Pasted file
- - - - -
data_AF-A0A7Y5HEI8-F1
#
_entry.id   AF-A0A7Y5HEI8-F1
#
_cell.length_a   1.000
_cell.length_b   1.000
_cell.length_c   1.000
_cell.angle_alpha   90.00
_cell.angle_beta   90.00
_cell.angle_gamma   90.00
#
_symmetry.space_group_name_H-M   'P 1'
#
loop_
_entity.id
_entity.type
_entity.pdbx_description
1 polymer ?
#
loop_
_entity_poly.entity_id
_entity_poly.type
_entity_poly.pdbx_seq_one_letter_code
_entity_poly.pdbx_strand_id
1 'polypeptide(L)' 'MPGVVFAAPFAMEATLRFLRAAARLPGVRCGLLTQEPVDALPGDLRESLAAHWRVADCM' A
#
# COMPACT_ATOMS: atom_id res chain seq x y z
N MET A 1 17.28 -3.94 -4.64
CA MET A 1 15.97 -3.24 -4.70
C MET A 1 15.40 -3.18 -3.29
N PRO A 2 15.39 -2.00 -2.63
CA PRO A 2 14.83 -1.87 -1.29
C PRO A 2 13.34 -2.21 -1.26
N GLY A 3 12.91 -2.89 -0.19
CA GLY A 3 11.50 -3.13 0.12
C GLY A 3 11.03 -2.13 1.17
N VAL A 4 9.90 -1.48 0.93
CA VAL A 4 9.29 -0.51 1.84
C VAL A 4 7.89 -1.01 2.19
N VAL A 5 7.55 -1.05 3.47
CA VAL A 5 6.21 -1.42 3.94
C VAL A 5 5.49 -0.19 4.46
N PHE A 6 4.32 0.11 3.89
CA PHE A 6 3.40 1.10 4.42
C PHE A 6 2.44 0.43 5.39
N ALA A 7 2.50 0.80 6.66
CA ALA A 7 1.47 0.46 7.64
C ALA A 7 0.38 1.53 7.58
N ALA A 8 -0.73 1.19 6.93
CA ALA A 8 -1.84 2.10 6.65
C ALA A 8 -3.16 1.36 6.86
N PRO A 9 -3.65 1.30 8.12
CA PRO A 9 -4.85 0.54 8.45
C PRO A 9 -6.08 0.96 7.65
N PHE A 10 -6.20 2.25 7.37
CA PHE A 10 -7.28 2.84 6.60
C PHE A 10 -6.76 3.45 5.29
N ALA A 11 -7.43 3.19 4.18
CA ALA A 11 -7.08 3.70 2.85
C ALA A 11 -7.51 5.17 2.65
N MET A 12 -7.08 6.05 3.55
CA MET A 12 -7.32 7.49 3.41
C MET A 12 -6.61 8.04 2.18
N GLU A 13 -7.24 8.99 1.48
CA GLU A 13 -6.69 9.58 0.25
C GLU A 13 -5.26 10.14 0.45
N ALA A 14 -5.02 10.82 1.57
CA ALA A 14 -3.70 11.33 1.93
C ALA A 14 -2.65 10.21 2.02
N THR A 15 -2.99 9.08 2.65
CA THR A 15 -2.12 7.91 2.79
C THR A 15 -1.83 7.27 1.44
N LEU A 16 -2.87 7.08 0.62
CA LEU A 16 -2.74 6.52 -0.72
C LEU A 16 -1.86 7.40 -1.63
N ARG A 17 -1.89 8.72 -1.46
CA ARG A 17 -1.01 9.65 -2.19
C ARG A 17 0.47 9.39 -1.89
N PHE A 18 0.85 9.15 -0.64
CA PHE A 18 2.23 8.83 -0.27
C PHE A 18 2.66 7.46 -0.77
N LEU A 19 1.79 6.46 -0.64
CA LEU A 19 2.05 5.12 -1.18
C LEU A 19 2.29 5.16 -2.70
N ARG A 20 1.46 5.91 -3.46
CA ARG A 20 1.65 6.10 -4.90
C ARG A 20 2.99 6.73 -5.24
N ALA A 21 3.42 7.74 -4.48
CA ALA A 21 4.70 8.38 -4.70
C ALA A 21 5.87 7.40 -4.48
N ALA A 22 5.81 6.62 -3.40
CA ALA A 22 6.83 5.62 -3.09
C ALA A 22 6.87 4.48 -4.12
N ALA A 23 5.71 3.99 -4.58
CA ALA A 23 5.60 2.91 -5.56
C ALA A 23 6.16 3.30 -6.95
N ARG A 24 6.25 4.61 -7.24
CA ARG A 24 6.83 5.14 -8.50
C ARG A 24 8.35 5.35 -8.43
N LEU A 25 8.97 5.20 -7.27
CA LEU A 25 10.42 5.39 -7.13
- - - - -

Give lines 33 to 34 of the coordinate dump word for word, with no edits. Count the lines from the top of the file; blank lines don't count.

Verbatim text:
C PRO A 2 13.34 -2.21 -1.26
N GLY A 3 12.91 -2.89 -0.19